The Tesla Roadster Experience: Quick and Considerate

How fast is it? That’s a common question we get at events where the Tesla Roadster is on display.

To ensure that the Tesla Roadster is the right car for the prospective customer, we prefer to answer the “how fast” question with two additional questions:

  1. What kind of fast are you looking for?
  2. How skilled are you at driving fast?

When asked to define “fast,” people tend to fall into two camps. There are those who want to be “quick” and those who measure "fast" by top speed.

The Tesla Roadster excels in the "quick" category thanks to the electric motor’s ability to generate peak torque at 0 RPM and supply near-peak torque up to approximately 9500 RPM. (See the Motor Torque and Power Curve chart on our Efficiency and Performance page.) But what are the benefits of electric “quick?” There are three that can be applied to street driving:

  1. Four-second 0-60 MPH times.
  2. Quick corner-to-corner speeds on your favorite back roads.
  3. Instant 45-80 MPH acceleration for safe (and exhilarating) two-lane road passing.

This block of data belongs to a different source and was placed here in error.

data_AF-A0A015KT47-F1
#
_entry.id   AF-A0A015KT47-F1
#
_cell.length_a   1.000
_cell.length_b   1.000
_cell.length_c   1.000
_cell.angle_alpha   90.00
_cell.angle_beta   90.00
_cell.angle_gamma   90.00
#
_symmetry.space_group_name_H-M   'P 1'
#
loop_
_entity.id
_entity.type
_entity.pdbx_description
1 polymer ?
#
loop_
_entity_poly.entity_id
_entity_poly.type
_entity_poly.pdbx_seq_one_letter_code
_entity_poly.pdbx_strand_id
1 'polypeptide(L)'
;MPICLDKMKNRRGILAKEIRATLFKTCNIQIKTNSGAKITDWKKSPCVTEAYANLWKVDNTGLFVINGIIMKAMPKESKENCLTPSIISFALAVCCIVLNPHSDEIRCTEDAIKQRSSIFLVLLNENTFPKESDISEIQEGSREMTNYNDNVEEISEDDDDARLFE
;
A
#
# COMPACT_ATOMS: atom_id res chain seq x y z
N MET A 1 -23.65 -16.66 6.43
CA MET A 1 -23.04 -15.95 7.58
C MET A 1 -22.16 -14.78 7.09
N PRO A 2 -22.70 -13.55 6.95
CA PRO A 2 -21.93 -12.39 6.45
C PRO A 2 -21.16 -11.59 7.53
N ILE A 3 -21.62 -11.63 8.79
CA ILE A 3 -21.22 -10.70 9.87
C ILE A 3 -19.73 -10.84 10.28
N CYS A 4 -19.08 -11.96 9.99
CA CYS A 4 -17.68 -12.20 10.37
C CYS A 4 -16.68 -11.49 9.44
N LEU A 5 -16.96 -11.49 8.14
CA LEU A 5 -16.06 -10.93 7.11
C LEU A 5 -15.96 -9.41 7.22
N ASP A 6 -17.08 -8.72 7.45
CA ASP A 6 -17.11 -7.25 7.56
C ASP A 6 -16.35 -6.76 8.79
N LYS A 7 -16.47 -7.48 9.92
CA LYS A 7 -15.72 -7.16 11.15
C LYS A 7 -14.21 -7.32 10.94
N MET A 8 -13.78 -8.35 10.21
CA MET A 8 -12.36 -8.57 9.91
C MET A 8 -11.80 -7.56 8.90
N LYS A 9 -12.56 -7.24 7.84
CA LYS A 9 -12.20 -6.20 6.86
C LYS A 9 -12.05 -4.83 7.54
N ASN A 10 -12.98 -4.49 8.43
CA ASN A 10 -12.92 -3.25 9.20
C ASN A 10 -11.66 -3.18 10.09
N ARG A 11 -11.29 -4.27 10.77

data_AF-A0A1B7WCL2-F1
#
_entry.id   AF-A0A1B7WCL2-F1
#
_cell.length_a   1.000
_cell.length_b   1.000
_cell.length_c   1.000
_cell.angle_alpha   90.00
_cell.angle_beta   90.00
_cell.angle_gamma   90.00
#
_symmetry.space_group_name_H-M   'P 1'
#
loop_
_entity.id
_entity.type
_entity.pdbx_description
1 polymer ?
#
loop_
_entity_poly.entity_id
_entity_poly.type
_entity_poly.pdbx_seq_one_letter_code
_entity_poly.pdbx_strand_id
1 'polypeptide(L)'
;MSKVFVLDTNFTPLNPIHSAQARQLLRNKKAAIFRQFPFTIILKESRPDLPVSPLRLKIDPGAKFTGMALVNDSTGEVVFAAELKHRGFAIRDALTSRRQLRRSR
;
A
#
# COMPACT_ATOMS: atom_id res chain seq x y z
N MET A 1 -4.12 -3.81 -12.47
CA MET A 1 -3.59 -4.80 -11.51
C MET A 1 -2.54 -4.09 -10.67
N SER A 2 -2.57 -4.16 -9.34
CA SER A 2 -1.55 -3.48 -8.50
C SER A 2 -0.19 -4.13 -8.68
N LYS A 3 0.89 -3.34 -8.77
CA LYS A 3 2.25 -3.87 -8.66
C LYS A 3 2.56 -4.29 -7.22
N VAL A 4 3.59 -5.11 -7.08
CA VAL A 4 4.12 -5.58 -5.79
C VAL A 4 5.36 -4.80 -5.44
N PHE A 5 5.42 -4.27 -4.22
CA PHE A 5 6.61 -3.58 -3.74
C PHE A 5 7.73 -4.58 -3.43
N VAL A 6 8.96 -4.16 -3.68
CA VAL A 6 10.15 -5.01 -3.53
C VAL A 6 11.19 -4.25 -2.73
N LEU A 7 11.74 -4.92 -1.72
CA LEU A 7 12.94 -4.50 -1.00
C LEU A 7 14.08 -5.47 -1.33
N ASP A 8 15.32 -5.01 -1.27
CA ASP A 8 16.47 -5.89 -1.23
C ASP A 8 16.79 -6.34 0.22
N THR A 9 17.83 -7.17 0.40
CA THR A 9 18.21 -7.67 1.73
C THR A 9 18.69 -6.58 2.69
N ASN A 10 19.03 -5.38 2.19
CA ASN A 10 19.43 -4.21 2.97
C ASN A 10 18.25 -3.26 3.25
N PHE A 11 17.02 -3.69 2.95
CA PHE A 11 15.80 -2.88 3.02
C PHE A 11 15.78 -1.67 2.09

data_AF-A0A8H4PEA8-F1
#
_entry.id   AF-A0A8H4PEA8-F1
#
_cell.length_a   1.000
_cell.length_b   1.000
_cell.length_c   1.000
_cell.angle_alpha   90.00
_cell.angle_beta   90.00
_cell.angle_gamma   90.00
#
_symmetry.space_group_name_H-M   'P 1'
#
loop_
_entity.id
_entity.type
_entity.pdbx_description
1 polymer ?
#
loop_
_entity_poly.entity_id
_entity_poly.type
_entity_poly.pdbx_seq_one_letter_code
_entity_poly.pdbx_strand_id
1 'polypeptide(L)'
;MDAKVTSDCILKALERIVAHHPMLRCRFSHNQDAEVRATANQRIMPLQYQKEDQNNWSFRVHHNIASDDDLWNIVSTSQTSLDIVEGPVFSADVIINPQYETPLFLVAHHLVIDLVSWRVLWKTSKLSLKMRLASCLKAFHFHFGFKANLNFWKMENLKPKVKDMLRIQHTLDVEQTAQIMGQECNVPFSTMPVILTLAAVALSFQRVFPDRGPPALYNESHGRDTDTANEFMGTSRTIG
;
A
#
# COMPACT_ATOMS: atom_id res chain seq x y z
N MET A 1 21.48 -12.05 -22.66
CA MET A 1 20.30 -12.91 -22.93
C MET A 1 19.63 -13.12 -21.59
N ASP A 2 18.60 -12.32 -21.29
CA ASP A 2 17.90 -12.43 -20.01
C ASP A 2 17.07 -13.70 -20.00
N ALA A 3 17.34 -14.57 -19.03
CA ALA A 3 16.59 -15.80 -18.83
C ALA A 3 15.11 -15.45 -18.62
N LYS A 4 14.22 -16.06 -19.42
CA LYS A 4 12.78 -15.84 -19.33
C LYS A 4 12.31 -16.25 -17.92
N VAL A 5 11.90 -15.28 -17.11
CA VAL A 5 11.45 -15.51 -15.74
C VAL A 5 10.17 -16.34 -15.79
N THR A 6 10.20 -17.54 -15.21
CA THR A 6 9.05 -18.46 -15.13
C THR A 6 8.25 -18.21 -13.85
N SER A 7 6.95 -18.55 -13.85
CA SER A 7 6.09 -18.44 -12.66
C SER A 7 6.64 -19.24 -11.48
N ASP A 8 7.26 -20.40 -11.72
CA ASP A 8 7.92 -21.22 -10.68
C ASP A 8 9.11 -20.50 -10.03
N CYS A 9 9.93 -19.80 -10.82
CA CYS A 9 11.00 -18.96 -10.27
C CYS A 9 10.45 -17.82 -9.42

What the Tesla Roadster is NOT designed for is top speeds beyond 130 MPH. This kind of "fast" is for the Future Organ Donors of America, and we agree with Car and Driver’s Larry Webster, who advises high-speed sports car owners to do it on the track. But this begs the question, how many tracks do we have in the United States with straight-aways long enough to even hit speeds in excess of 130 MPH?

Question two asks how skilled you are at driving fast. Now let’s be honest here. Launching most sports cars to 60 MPH in their advertised times requires holding the revs at 4000 RPM and side-stepping the clutch. Even the road test editors say that is difficult to execute, not to mention the annual clutch and tire bills. When you floor the Tesla Roadster from a standing start it just instantly goes as fast as it can go – no muss, no fuss; first time, every time. You instinctively expect a let up in g-forces for a shift of gears before hitting 60 MPH, but the Tesla Roadster is geared to go beyond 60 MPH in first gear. Even if you prefer to keep the car in second to avoid shifting entirely, the car is very fast off the line.